27. Public Enemy
28. De La Soul
29. Problem• New concept of authorship• Law of copyright• Suing musicians & DJs
30. Solution• Share of royalties (fee)• MACOS --> no legal ramifications• D.I.Y. ---> DJ Spooky ---> Robin Mackay (quotes)
31. John Perry Barlow• Info is experienced not possessed• Fluidity of info = copyright law outmoded
32. Shareware & open source software• Collectivist notion VS.• Commitment to intellectual property as commodity• ‘collective intelligence’ by Pierre Levy
33. Sean Cubist• Sharing of info, sharing of creative process as major social benefit
34. IP Law• Engaged with new media technologies• Threat to copyright
35. Walter Benjamin & Timothy Druckery• ‘optical unconscious’• ‘collective vision’• Digital media as form of collage raise issues to do with narrative as culture given
36. Les Manovich• Cultural ‘transcoding’ – Computers & culture constantly change one another – Speeding up of process
37. Gregory Ulmer• New aesthetics theorist• gone is Aristotle’s neat, beginning, middle & end• Always in network, in between• Gone are formulas• Choreography --> transitory method• Instead of reading theories, we reinvent instead
38. • Artists & students become producers as well as consumers of theory• Draw on past & reinvent future• Money as reservoir for creative information
39. Describe the ways in which IPRs inspireand inhibit innovation.
40. Inspire• Jefferson designing copyright system – Assuring widespread distribution of thought, not profit – Libraries buy books, rewarding authors • Ideas become available to public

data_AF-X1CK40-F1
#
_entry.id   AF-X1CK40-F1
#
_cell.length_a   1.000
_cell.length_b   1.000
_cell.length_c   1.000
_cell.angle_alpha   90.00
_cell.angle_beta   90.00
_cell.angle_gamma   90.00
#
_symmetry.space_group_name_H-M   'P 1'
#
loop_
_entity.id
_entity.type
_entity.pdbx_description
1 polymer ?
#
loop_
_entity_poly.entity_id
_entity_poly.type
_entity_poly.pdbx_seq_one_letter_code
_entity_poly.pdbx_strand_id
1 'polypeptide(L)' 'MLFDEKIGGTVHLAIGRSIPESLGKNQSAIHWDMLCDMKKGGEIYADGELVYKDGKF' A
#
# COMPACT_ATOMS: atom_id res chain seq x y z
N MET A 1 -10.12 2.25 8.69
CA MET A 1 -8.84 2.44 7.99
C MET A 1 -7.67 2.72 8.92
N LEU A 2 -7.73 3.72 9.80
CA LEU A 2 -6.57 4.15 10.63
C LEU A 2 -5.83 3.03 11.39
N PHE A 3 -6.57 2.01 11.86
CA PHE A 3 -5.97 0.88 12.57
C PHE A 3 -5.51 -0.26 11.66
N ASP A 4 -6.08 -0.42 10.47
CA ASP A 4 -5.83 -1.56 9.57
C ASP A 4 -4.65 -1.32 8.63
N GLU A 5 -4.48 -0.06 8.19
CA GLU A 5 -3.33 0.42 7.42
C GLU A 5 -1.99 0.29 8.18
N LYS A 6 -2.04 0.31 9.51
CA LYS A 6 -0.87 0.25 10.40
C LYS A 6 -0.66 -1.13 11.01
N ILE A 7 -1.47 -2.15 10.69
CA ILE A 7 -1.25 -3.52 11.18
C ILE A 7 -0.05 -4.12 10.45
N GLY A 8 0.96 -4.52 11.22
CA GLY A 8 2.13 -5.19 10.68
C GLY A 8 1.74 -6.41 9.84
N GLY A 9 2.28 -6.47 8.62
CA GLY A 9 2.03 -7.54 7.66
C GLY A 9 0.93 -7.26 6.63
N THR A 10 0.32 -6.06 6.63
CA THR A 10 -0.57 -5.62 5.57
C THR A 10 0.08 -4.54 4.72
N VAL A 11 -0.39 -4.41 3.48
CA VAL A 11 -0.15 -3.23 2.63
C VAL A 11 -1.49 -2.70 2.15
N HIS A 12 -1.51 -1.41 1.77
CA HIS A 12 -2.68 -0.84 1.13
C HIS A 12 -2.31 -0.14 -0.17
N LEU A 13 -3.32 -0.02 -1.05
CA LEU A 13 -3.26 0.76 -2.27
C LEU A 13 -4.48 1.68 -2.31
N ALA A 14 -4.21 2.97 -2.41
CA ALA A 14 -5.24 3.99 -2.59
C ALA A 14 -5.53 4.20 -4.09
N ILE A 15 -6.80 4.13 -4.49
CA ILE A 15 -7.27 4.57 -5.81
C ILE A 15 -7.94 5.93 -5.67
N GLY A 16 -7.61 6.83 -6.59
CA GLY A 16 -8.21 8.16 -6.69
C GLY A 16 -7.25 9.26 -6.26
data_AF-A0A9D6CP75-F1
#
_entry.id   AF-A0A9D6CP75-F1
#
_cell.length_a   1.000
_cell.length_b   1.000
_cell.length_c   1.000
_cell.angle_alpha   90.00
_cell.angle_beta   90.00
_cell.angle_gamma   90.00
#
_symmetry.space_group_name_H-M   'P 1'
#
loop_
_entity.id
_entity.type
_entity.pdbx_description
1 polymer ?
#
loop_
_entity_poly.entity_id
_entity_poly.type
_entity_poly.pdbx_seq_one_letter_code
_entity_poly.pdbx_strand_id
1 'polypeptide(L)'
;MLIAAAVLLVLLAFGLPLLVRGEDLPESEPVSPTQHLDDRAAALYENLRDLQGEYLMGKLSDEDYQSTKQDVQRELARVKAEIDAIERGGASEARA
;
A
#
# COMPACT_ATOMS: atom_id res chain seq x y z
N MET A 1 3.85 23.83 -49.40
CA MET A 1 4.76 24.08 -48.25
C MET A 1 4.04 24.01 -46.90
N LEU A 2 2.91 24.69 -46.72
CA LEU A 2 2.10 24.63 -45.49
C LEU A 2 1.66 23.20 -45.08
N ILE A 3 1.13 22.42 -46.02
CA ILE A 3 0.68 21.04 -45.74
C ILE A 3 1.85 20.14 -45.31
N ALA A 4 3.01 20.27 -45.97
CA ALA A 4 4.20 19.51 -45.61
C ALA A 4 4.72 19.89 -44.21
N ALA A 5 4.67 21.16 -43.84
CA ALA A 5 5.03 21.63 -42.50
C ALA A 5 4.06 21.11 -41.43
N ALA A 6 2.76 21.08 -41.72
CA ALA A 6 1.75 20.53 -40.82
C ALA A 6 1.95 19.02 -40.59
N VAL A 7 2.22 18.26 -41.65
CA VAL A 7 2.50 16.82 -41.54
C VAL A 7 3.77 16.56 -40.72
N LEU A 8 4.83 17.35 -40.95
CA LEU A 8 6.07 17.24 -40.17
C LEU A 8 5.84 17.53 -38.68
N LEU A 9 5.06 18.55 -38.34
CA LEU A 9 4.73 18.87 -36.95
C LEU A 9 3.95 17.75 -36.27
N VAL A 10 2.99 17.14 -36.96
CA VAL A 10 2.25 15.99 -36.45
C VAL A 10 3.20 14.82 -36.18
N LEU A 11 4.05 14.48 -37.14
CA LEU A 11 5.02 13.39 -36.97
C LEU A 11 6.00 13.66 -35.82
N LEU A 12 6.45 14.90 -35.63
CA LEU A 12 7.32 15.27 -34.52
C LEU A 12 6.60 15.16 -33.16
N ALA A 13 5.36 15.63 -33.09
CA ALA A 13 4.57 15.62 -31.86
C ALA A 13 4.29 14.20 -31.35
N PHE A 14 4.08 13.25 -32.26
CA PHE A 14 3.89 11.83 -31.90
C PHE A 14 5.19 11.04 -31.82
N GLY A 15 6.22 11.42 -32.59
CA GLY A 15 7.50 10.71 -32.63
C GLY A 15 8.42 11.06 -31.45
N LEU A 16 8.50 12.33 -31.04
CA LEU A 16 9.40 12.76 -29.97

41. Inspire• U.S. Congress given power to ‘promote’ progress of science…• 1st copyright act (1790) invented to encourage open circulation of knowledge• Provide incentive for artists, scientists & writers to create original works
42. Inspire• Info ownership = monopoly for publishers• 1793 1st US patent law• Copyrights & patents in theory; legal protection of IP
43. Inspire• Open source software & Linux – Open knowledge response to software monopolies – No fear of patent infringements – Give users absolute freedom – General Public License GPL
44. Inspire• Protect stealing from others• Safeguard for consumers• Incentives to creativity• Market creation
45. Inhibit• Commercialization of IP throughout 19th century undermine original intent• IPR = monopolisitic control, trade secrecy rather than open promotion of science & tech marked corporate practice
46. Inhibit• Property can be infinitely reproduced & instantaneously distributed w/out cost/knowledge/possession• HOW DO YOU PROTECT IT?
47. Inhibit• Law protected physical expression• While technology may undo law, technology offers methods for restoring creative rights• Info wants to be free, to change, unconstrained, no final cut
48. Inhibit• Copyright makes no accommodations whatever for expressions• Patents --> unrestricted monopoly rights• Innovation = process by which knowledge advances
49. Inhibit• IPRs to protect yesterday’s innovation allow innovator to control future innovation• “anti-commons” --> PATENTS – No justification for restricting access to public domain – Patents increase transaction costs of developing new innovation
50. Inhibit• Lawrence Lessig – The Future of Ideas
51. Inhibit• Economists Michele Boldrin & David K. Levine – Perfectly competitive markets capable of rewarding/stimulating innovation – Example: fashion world – Monopoly rights unnecessary for innovation